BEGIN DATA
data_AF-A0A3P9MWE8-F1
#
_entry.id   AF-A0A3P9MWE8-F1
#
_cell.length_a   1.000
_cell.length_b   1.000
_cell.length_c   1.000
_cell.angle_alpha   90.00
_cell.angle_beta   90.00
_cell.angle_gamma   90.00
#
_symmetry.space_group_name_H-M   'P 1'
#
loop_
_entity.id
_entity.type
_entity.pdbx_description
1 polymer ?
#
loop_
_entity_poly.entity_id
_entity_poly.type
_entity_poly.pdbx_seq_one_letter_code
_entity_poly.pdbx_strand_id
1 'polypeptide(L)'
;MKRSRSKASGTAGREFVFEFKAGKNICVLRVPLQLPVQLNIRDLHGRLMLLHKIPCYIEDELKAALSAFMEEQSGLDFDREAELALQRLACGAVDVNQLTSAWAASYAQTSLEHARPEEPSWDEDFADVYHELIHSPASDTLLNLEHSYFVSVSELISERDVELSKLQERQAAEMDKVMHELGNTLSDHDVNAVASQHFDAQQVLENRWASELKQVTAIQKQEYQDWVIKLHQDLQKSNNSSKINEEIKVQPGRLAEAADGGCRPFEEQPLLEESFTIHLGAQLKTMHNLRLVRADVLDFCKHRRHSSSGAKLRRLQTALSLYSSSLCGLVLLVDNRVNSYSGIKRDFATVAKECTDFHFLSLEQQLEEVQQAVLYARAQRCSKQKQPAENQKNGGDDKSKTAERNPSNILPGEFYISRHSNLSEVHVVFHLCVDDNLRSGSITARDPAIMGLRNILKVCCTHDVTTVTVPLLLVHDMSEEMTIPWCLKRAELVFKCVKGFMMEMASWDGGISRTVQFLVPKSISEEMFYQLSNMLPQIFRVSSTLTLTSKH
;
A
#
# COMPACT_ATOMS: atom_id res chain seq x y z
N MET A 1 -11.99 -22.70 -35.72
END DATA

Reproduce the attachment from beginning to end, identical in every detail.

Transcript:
data_AF-A0A3P9MWE8-F1
#
_entry.id   AF-A0A3P9MWE8-F1
#
_cell.length_a   1.000
_cell.length_b   1.000
_cell.length_c   1.000
_cell.angle_alpha   90.00
_cell.angle_beta   90.00
_cell.angle_gamma   90.00
#
_symmetry.space_group_name_H-M   'P 1'
#
loop_
_entity.id
_entity.type
_entity.pdbx_description
1 polymer ?
#
loop_
_entity_poly.entity_id
_entity_poly.type
_entity_poly.pdbx_seq_one_letter_code
_entity_poly.pdbx_strand_id
1 'polypeptide(L)'
;MKRSRSKASGTAGREFVFEFKAGKNICVLRVPLQLPVQLNIRDLHGRLMLLHKIPCYIEDELKAALSAFMEEQSGLDFDREAELALQRLACGAVDVNQLTSAWAASYAQTSLEHARPEEPSWDEDFADVYHELIHSPASDTLLNLEHSYFVSVSELISERDVELSKLQERQAAEMDKVMHELGNTLSDHDVNAVASQHFDAQQVLENRWASELKQVTAIQKQEYQDWVIKLHQDLQKSNNSSKINEEIKVQPGRLAEAADGGCRPFEEQPLLEESFTIHLGAQLKTMHNLRLVRADVLDFCKHRRHSSSGAKLRRLQTALSLYSSSLCGLVLLVDNRVNSYSGIKRDFATVAKECTDFHFLSLEQQLEEVQQAVLYARAQRCSKQKQPAENQKNGGDDKSKTAERNPSNILPGEFYISRHSNLSEVHVVFHLCVDDNLRSGSITARDPAIMGLRNILKVCCTHDVTTVTVPLLLVHDMSEEMTIPWCLKRAELVFKCVKGFMMEMASWDGGISRTVQFLVPKSISEEMFYQLSNMLPQIFRVSSTLTLTSKH
;
A
#
# COMPACT_ATOMS: atom_id res chain seq x y z
N MET A 1 -11.99 -22.70 -35.72